Stop Blunkett deportation of SA friend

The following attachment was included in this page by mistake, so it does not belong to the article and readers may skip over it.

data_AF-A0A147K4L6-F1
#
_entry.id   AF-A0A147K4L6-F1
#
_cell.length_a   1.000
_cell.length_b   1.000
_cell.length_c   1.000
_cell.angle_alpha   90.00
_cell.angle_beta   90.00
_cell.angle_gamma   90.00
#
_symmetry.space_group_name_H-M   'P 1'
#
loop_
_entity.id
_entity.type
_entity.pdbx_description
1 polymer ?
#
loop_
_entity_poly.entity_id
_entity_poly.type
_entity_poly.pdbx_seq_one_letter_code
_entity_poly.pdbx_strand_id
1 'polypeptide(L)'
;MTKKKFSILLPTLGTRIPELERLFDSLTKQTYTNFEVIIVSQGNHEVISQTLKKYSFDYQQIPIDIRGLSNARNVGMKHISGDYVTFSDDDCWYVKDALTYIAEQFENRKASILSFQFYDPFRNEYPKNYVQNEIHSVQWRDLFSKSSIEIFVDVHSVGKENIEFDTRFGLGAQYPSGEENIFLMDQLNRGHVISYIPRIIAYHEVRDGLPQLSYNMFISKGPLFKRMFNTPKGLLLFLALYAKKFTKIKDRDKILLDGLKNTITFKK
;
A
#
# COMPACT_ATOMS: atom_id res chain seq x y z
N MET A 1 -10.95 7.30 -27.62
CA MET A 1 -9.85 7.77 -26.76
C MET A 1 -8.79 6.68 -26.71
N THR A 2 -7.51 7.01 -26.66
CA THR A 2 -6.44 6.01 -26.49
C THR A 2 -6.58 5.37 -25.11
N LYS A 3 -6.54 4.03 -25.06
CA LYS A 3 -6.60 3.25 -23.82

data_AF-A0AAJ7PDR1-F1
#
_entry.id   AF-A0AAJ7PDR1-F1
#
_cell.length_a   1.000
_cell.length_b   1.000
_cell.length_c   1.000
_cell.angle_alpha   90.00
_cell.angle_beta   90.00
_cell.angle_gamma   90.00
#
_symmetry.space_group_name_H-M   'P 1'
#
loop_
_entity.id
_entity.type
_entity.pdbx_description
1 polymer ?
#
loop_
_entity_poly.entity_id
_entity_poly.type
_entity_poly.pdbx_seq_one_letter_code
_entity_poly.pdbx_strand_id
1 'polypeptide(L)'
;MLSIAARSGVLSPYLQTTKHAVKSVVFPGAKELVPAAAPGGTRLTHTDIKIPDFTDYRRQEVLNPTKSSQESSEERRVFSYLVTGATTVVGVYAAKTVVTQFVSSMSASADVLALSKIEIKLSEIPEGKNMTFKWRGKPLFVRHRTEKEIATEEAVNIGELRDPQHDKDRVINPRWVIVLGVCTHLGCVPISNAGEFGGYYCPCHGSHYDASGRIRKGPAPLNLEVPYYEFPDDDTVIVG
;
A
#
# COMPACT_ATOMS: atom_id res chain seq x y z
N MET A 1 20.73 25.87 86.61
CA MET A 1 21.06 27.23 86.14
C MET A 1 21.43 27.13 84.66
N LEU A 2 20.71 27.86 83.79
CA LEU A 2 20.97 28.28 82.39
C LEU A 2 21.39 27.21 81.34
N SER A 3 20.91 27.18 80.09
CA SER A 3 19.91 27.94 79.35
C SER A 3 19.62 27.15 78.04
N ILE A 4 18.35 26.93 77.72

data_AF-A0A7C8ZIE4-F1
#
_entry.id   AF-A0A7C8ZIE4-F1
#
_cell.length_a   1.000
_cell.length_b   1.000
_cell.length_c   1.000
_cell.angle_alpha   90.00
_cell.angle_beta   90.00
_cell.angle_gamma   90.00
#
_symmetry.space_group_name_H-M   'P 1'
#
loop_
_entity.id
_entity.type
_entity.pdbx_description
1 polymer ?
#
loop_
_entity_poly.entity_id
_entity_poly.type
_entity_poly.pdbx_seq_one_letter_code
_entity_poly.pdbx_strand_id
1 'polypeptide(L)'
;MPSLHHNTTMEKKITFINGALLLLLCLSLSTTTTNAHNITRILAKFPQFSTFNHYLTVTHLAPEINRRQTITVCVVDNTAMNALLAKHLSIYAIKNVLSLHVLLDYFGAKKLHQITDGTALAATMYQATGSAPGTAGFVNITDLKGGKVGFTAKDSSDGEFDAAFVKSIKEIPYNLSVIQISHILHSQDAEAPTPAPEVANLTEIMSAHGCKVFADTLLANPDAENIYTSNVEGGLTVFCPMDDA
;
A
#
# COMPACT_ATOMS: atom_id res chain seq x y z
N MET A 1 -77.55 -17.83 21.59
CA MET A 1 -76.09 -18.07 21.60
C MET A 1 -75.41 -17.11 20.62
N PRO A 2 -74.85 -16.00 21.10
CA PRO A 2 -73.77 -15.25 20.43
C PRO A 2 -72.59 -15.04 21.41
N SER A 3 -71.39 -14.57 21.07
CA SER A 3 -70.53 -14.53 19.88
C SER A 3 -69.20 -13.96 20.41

Alan Fatullah, an Iraqi Kurdish refugee in Britain and a communist militant, has appealed for the support of the British working class movement against the threat of deportation. He fears for his life if he is forced to return to Iraq. Comrade Fatullah is 23 years old and is a member of the Worker-communist Party Iraq. He came to Britain in 1999, settling in Manchester. He has been active in the WCPI's work in opposing the US-UK bombing and the United Nations-administered sanctions against the people of Iraq. Alan's internationalist outlook has impressed many British socialists and communists in Manchester and it is to his credit that he has not hesitated to throw himself into work alongside comrades of the Socialist Alliance and its affiliated organisations and with the Coalition Against Sanctions and War on Iraq. Alan is from Erbil, in the Kurdish autonomous area of the north of Iraq. He is from a political family. His father is a long-term activist of the Communist Party of Iraq, who was detained and tortured in Baghdad's Abu Ghraib prison between 1984 and 1986. One of his brothers is a WCPI member and Alan himself was an active supporter of the latter organisation whilst in Iraq, carrying out political work, mainly in the student movement. Alan was twice detained by the Kurdish nationalist authorities. In March 1996, he and his brother were arrested after islamists attacked a meeting organised by the WCPI in celebration of International Women's Day. He was held for four days, during which he was beaten, and was only released upon signing an undertaking to cease political activity. In April 1998, Alan was arrested again when armed security personnel of the KDP, which by that time had taken control of Erbil, broke up a meeting he had helped organise to set up an independent student union. He was again held for four days and was repeatedly beaten during interrogation. He had to sign a declaration that he would cease work on the student newspaper he edited and desist from "inciting students to oppose the authorities". His family had to pay a fine of 8,000 Iraqi dinars in order to secure release. In 1998, the islamist IMIK, led by mullah Bashir, declared a fatwa against communists and has since carried out a large number of assassinations. After he participated in protests against the IMIK's blowing up of a shop in Erbil, also in April 1998, Alan found a letter from islamist students pinned to his desk, warning him of "serious consequences". In June, a shop belonging to one of his brothers, which sold women's clothing, was destroyed in a similar attack. The KDP authorities did nothing to investigate the incident. Whilst he was working with his brother on rebuilding the shop, Alan was threatened that he would be killed by three armed islamists. He left Erbil soon after this incident and moved into Turkey illegally. After working there for 11 months to raise money, he made his way to Britain, via Italy, concealed in lorries. Alan's asylum application was refused, after lengthy delay, in January 2002 and this refusal was upheld by an immigration adjudicator in September. The immigration authorities have decided that Alan does not have a well-founded fear of persecution should he be returned to the Kurdish autonomous area of Iraq. Permission to appeal was refused and Alan's solicitors are currently contesting that refusal. Comrade Fatullah has asked for letters to be sent to the home office, protesting at the deportation threat against him. His case number is F1010450 and letters should be sent to: David Blunkett MP, home secretary, home office, 50 Queen Anne's Gate, London SW1H 9AT. Resolutions of support from Socialist Alliance branches and union organisations would also be very welcome. John Pearson